The Metaphor Mapping process is designed to help groups develop and execute strategies.
The target sponsor would be seeking the following:
An operational vision, strategy and plan to achieve a known objective
Examples might be: Reduce cost by 15%, reduce cycle time by 30%, improve client satisfaction by 20%, develop an agreed strategy to adapt the supply chain to include a new plant, define the big picture process the new I.T. system will enable, define how to adapt company culture to prioritize client satisfaction over cost, improve the R&D process, define a process to reduce risk while continuing aggressive lending.
While the Metaphor Mapping languages may be employed in Future Search and Appreciative Inquiry workshops, it typically is applied a more operational level and, as noted above, assumes the ultimate objective is clear, even if may simply be “improved teamwork”
An inclusive approach that recognizes the limits of available time
- The sponsor enables the Metaphor Mapping process to “work its magic” by bringing critical stakeholders into the room
- The issue to be addressed should be important, complex and urgent
- The organization structure is a typical hierarchy, but, the sponsor is prepared to cede ownership of the strategy and its execution to the assembled group
- Time for a workshop is limited. An assessment, vision and strategy needs to be completed in one day
- Workshop size between 9 and 300 (typical size is 15-20)
A team that is more than the sum of its members
The Metaphor Mapping Workshop Process specifically addresses three important challenges to group effectiveness:
- Gaining the numerous advantages of group diversity without a high cost in time to harmonize them
- Building allegiance to the whole, rather than a sub-unit
- Inability to bridge gaps in perspective and achieve effective group thinking and and decisions
It creates a positive and stimulating environment where people with diverse interests and skills can better understand each other, build mutual trust and identify with a larger whole. Its methods include:
- Symbol languages, based on physical things known in all cultures, is the critical starting point to bridge the parochial languages and thinking styles of diverse disciplines. Sticker symbols, within metaphors, ensure that participants’ mental models become visible. They make it easy to frame issues effectively and avoid unproductive misunderstandings.
- Presenting the group with a common challenge, beyond their business issue– namely thinking visually and metaphorically. This causes each person to be more open and welcoming to the suggestions of others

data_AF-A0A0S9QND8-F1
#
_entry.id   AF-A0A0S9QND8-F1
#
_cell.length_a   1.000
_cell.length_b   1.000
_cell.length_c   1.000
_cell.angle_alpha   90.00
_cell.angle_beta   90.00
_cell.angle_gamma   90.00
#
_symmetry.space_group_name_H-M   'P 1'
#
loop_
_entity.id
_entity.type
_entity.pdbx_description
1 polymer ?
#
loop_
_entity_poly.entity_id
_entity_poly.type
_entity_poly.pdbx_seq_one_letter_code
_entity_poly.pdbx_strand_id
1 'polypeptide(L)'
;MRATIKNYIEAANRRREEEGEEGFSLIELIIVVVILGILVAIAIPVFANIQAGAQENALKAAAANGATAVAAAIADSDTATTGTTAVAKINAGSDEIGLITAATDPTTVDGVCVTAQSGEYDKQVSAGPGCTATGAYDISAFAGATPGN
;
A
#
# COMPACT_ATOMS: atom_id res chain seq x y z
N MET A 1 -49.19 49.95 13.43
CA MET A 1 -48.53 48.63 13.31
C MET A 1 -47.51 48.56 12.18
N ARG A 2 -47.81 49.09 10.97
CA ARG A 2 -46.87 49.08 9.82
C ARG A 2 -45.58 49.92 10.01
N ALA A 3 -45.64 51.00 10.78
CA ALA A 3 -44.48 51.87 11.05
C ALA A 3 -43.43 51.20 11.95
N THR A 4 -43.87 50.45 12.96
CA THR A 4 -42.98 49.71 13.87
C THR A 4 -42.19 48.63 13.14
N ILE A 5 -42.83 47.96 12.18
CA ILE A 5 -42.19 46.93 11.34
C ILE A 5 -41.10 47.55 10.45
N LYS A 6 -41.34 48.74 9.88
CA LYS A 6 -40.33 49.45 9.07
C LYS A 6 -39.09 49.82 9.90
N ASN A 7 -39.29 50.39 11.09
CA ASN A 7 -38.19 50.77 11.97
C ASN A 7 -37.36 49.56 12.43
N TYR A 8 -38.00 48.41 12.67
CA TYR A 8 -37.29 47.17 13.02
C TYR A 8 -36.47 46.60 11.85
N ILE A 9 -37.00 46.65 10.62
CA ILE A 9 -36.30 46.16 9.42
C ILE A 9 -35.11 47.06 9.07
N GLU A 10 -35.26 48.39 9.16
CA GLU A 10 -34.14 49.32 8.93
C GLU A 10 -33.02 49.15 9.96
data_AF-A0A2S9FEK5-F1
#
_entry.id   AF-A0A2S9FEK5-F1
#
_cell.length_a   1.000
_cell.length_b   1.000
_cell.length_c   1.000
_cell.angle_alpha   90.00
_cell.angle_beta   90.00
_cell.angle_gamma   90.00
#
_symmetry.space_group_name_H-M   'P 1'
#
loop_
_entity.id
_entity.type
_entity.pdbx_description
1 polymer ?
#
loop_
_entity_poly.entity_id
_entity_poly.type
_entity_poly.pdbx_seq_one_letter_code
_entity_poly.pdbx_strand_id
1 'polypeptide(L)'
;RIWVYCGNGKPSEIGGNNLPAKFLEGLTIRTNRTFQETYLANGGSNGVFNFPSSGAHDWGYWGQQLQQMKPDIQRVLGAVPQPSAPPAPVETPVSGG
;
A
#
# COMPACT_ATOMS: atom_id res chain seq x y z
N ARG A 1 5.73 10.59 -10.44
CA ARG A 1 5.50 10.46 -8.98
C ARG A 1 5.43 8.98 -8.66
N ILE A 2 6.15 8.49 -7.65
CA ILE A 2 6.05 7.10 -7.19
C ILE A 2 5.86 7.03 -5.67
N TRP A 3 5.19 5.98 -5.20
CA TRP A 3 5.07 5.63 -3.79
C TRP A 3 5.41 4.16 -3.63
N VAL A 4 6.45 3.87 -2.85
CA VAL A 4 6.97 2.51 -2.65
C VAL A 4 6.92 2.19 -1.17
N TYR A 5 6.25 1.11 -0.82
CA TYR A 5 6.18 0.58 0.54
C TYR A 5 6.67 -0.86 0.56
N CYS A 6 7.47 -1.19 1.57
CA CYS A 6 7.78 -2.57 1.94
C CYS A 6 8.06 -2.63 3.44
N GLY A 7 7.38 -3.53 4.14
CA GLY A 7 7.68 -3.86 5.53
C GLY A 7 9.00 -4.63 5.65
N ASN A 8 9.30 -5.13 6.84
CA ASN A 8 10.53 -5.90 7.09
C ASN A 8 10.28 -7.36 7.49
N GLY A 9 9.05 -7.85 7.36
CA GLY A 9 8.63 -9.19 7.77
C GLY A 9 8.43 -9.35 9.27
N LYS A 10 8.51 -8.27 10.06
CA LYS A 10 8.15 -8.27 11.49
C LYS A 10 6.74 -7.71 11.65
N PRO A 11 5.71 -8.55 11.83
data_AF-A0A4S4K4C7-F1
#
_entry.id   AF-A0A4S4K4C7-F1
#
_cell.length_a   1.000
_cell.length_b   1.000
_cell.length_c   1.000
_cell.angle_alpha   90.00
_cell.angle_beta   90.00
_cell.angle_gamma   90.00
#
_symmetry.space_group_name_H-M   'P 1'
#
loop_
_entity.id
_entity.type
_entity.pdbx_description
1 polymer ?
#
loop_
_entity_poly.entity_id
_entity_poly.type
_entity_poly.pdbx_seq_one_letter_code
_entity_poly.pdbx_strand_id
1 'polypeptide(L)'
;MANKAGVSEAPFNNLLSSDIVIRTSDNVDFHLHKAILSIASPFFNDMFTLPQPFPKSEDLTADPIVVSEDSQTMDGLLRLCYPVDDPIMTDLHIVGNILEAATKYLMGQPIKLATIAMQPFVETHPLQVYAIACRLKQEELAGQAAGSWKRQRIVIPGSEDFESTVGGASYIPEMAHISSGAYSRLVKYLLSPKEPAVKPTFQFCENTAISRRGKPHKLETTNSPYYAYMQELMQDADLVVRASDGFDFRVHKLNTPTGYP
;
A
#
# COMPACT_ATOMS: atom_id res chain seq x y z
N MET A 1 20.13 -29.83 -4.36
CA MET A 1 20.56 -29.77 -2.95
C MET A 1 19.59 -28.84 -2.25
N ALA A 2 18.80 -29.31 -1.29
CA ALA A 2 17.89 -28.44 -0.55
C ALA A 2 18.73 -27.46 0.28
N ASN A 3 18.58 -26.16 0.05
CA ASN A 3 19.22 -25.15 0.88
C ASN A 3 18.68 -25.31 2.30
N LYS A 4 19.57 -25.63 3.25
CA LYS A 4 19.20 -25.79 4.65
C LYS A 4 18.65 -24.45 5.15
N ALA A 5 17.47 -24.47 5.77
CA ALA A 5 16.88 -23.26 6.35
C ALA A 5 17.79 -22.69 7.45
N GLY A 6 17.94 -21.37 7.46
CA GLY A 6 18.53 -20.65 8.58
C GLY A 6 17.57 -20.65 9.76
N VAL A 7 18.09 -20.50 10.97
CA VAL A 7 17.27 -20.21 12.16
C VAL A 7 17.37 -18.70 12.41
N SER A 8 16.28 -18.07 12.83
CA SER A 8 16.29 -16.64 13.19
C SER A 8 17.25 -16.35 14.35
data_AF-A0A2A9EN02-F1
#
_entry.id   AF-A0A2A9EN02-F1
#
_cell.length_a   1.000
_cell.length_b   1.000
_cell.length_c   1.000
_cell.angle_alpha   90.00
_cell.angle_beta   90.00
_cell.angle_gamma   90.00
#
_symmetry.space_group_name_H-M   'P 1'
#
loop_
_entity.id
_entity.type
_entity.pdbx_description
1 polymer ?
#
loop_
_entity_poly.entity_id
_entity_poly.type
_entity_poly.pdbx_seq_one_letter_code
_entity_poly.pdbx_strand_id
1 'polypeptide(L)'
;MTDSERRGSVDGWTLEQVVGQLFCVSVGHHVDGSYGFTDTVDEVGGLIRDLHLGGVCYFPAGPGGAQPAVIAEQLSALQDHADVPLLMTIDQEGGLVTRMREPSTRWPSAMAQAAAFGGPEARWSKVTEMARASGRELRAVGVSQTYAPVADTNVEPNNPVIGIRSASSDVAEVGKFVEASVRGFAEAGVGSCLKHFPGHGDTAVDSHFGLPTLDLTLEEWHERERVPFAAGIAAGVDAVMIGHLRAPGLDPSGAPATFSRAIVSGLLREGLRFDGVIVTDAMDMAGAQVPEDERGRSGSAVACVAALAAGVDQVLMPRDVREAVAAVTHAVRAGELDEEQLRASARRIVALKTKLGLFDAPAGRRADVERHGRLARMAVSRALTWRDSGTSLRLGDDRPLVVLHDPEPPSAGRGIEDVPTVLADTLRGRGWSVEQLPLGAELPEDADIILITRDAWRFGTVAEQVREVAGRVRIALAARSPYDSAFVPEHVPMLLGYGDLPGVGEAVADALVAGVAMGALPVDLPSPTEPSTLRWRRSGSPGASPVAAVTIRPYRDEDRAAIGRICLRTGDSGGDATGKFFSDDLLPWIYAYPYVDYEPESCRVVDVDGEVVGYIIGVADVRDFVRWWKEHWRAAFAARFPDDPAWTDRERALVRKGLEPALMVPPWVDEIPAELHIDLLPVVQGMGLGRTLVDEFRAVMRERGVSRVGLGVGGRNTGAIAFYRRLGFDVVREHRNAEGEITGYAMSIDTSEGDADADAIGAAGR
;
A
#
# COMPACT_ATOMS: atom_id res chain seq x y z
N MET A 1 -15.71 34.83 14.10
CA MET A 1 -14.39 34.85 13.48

- A map-building environment that requires building upon ideas of others, agreeing with the nuances of symbols that represent problems, goals and strategies.
- Requires walking around together and sharing many small, supportive behaviors such as writing descriptive signs, peeling off stickers, passing pens or scissors and agreeing scores of small symbolic decisions on symbol selection
- A requirement to show the big picture, with circumstances and interests of all stakeholders. The effect is to visually and emotionally understand the role of each as part of the whole. This requirement to step back encourages systems thinking, makes it easy to challenge “thought guards” and “group think”.
- Full understanding that most people reason by analogy. In a group context, this tendency is supported and amplified through the visual aid of metaphors and symbols. New ideas are less risky to put forward when the context is a bit playful as with the sticker symbols, further preparing the ground for original thinking by the group.
- Small sub-groups build agreed maps of the current state, vision and strategy. Their maps, however, are consolidated in a way that focuses only on the positive. The process asks the group to point out the views they all hold in common and unique ideas from the sub-groups they want to appear in the consolidated map. As a result, each person in the room sees their ideas are valued and included in the workshop results.
May eventually want to engage the entire organization in strategy development
Because Metaphor Mapping workshops are so time-efficient, it is practical to cascade them in a way that engages an entire organization in laying out the detail of how a complex change will be accomplished.
A typical cascade starts when s senior members of the organization meet and create maps that define their vision of how the organization will be working when their objectives are being met. They also show the broad outlines of a change plan and the obstacles they foresee. Workshops are then held at the next level down. Introduced by one or more senior leaders, their workshop shows how their specialized area will contribute to the implementation of the overall vision. The cascade repeats as far as necessary and the overall project team notes any conflicts or problems arising at the lower levels and ensures they are addressed by senior management prior to implementation.